The Starry Station points the way for Wi-Fi. Controlled by a touch screen to take the guesswork out of managing your network, the $300 router also boasts MU-MIMO technology for efficiently managing wireless traffic, and four independent data channels to allow more data to pass through.
While its 2.4-GHz performance was less than reliable and it lacks many of the bells and whistles of modern home networking, the Starry Station is among the easiest routers to set up and use.
Kudos to the Starry Station design team for making a Wi-Fi router that doesn't look like one. Rather than the familiar curved rectangular boxes with antennas sticking out every which way, the Starry Station is shaped like a triangular prism. There's nothing to break its smooth, angular surface, and the router does without external antennas. In fact, it's so nice-looking that Starry Station deserves to be in the center of your living room, kitchen or den, not hidden in the basement.
At 7.0 x 6.3 x 3.1 inches, it's tiny compared to devices like Netgear's Nighthawk X8 and easily fits on a bookshelf, windowsill or countertop. The Starry package includes a printed setup guide, a networking cable and a power cord. Instead of using a power adapter, all you do is plug its power cord into an AC outlet; its two-prong plug will be welcome in older buildings that lack grounded outlets.
Happily, this router does without blinking LEDs. Its single white LED is so subtle that it's hardly noticeable. An oval 3.8-inch color touch screen commands your attention with its rich, vibrant look. Because that screen is flush with the Starry Station's surface, you won't need to use a stylus as you do with the Amped TAP-R2 router.
The Starry Station's main screen shows the network's health with a percentage rating — an indicator other routers don't offer. Tap on the health score, and you'll also see the number of connected devices and your Internet speed. You can tap on any of those numbers to get further details.
The touch screen lacks an explicit go-back control. You need to tap the health score to return to the previous screen, and that takes some getting used to. The screen shuts off, based on a day-night schedule, but when its proximity sensor detects motion within about 2 feet, it wakes up.
On the back of the Starry Station, you'll find a recessed reset switch as well as one RJ45 Ethernet port for your broadband modem and another for a networked appliance or a switch. While some users will lament the lack of several downstream LAN ports, it should suffice for most homes. The Starry Station worked fine with a Level One network switch, though the router lacks a USB or eSATA port for connecting LAN appliances.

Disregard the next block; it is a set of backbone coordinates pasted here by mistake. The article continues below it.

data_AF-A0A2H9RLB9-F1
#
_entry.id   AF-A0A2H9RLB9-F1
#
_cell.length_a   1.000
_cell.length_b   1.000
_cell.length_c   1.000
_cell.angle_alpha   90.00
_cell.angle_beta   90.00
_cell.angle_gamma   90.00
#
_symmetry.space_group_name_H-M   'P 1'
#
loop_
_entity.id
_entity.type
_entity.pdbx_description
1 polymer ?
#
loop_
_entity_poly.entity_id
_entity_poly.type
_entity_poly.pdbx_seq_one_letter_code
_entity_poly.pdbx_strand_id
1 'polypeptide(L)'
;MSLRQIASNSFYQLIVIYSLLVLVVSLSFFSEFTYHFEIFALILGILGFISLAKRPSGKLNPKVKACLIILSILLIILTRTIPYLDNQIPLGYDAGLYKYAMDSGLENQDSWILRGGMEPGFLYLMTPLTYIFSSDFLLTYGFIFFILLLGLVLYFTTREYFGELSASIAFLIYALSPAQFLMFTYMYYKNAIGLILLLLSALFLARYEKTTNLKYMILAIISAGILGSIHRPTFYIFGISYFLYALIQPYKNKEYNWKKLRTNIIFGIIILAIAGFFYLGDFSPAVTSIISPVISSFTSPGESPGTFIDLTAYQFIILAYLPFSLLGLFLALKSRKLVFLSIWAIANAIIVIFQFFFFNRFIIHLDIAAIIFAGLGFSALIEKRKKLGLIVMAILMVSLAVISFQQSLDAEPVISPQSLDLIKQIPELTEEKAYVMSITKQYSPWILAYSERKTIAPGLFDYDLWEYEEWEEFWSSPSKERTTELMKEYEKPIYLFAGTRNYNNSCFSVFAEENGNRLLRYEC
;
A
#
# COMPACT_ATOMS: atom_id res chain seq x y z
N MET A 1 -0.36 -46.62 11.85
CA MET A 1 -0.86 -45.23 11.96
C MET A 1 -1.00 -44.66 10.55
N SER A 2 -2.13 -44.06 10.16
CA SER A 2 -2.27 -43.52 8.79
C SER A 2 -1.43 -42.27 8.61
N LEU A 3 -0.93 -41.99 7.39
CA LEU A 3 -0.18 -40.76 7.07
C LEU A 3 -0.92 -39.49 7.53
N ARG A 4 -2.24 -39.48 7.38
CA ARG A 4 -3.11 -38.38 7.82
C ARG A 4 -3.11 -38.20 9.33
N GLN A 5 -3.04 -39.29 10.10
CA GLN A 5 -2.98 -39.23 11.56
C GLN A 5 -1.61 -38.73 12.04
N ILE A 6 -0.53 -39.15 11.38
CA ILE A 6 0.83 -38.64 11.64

The Starry Station is a 4 x 4 router capable of a peak throughput of 1.75 Gbps. It uses MU-MIMO and advanced beamforming to deliver data to many devices at once. When it's working, though, the compact router heats up, topping out at 100 degrees Fahrenheit.
Our real-world testing using Ixia's IxChariot software in a crowded Wi-Fi environment showed the Starry Station's potential and pitfalls. The router was able to move 243.1 Mbps over its 5-GHz channel to a connected device 5 feet away. This rose to 289.5 Mbps at 140 feet, which puts the emphasis on devices located far from the router. That kind of performance puts it in the upper echelon of dual-band Wi-Fi routers and ahead of the Netgear R7000 (236 Mbps at 15 feet), but well behind the Linksys WRT1900ACS (409.2 Mbps at 5 feet).
The Starry Station disappointed in 2.4-GHz mode, though, as it acted erratically. At times, it recorded top speeds, and other times, it was barely able to move a few megabytes per second. Still, the Starry Station connected to a Microsoft Surface 3 in a suburban house with lots of thick walls. It had a range of 85 feet — well short of our average of 135 feet.
The Starry Station passed our informal saturation test, where I watched an internet video on the Surface Pro tablet while a MacBook Air streamed music from an internet radio station, an iPad played YouTube videos and a Samsung TabPro S moved data onto and off of a network storage system.
Setup, Warranty and Support
While Starry's site has lots of online resources, the router lacks a traditional manual. This will likely be a turnoff for experienced networkers who pore over them like Victorian novels.
The Starry Station setup process is similar to that for the Google OnHub because you need to do most of the configuration with a mobile app. Starry's app works on either iOS or Android devices. Setup options are more limited using the router's touch screen.